Riding right alongside Alibaba in competition over payments, bikesharing, ridesharing, and multiple other industries is Tencent. Crunchbase News has covered the incredible success of Tencent’s WeChat in the past. Tencent and Alibaba have contributed to an acceleration of startup culture in China by knocking out smaller players and promoting others with massive investments. The company, which went public in 2004 at an $11 billion valuation, has invested in a known total of more than 280 companies. Tencent has also acquired 11 companies, according to Crunchbase, including the widely popular esports company Riot Games.

China’s Next BAT

Baidu, Alibaba, and Tencent have morphed from tech companies focused on singular industries into public, conglomerate companies that are reaching into verticals both inside and outside of China. They are defining the way that companies around the world are challenging competitors. And like most tech enthusiasts in the U.S., those in China are waiting for the next unicorns to go public in potentially record IPOs. Many have speculated that rising players Toutiao, Meituan Dianping, and Didi Chuxing are the next big three in China.

Toutiao, an AI-powered media and online content aggregate, Meituan-Dianping, a mobile e-commerce platform (similar to Groupon and Yelp), and Didi-Chuxing, China’s ridesharing giant, all emerged after BAT thanks to a mobile-first generation driving growth. The companies have collectively raised more than $30 billion, earning valuations of $20 billion, $30 billion, and $56 billion, respectively. Financial support often comes from BAT (except Toutiao) and other well-known corporate investors and venture capitalists like Apple, GV, and Sequoia.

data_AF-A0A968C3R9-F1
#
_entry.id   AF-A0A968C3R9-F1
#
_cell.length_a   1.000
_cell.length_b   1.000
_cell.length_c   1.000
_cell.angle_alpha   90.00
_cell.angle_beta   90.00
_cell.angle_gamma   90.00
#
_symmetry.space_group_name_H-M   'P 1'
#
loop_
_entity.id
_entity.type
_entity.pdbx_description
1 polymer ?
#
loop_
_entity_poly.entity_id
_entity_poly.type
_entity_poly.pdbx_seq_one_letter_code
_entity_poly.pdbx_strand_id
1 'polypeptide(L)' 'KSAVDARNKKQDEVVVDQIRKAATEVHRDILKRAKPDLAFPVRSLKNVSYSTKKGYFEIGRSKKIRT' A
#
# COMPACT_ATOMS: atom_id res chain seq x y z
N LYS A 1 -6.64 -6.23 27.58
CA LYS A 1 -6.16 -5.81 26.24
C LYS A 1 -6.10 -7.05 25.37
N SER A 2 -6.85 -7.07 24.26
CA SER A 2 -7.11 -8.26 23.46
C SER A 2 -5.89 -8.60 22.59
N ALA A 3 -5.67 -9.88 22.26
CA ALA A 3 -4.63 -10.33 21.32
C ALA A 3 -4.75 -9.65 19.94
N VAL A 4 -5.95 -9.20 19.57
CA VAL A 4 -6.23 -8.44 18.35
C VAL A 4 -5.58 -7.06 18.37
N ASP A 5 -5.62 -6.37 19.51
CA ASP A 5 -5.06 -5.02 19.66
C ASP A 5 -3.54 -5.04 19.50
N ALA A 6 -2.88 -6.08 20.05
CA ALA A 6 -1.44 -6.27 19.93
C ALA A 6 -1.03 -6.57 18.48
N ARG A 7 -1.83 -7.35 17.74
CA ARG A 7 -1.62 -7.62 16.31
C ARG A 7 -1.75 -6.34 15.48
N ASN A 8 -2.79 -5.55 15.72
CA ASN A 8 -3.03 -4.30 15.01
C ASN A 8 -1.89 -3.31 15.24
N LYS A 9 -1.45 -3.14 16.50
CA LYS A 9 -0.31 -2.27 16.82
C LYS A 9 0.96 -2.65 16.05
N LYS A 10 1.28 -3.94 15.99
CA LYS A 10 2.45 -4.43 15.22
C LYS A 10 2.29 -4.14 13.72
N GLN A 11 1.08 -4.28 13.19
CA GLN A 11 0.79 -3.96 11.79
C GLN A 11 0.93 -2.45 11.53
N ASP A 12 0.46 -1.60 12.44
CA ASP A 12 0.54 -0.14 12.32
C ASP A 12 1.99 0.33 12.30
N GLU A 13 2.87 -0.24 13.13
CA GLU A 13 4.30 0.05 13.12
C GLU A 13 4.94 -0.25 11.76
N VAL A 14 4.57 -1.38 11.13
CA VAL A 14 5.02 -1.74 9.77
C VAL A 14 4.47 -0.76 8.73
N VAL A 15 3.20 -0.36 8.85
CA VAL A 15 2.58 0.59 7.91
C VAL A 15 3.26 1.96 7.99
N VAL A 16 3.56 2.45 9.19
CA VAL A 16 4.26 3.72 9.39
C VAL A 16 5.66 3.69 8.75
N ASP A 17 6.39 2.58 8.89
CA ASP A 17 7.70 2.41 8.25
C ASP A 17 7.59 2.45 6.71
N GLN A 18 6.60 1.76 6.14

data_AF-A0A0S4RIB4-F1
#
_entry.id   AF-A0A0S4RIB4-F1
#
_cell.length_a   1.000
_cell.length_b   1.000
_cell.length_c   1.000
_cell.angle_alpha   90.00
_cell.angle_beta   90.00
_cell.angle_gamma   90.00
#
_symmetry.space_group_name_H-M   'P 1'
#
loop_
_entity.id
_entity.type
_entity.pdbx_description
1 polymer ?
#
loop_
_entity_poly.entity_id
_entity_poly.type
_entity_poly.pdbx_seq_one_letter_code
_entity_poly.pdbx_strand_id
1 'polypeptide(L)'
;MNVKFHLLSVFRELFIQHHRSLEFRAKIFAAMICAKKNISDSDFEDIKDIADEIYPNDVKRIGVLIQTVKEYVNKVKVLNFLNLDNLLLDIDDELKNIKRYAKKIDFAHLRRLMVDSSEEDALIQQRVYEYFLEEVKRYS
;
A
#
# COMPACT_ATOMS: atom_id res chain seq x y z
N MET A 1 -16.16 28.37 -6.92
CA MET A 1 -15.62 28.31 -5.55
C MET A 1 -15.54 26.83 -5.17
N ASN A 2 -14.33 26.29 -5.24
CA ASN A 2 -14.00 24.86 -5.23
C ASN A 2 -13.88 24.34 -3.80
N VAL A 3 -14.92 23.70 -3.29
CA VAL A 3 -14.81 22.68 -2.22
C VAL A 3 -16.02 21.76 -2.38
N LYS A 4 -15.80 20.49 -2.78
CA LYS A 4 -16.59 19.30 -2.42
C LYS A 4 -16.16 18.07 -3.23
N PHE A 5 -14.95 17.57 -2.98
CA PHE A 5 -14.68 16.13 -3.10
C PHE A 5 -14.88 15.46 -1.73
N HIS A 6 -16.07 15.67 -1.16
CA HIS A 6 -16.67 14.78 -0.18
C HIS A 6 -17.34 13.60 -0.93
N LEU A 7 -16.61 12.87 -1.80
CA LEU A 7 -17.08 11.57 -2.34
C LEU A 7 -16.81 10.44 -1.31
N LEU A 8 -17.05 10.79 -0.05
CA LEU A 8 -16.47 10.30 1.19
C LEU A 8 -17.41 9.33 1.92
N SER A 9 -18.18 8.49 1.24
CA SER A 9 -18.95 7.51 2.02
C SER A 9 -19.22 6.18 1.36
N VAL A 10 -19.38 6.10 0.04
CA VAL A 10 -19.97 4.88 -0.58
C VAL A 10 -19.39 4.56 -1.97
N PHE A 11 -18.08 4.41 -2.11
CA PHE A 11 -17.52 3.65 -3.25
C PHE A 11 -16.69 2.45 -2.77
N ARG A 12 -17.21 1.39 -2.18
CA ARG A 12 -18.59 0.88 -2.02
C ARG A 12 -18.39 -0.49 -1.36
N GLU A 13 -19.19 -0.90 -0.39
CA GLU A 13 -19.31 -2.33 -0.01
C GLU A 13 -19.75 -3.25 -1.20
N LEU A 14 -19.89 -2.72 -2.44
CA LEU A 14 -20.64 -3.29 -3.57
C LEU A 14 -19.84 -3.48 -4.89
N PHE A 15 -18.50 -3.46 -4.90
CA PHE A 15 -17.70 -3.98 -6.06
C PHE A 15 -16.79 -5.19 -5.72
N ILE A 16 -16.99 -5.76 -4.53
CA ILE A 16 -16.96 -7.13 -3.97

But it’s not just the accumulation of capital and well-known supporters that could potentially make this batch of unicorns the next big three in China. Pricey acquisitions and investments, both in China and abroad, mirrors that of BAT as well.

Global Acquisitions And Investments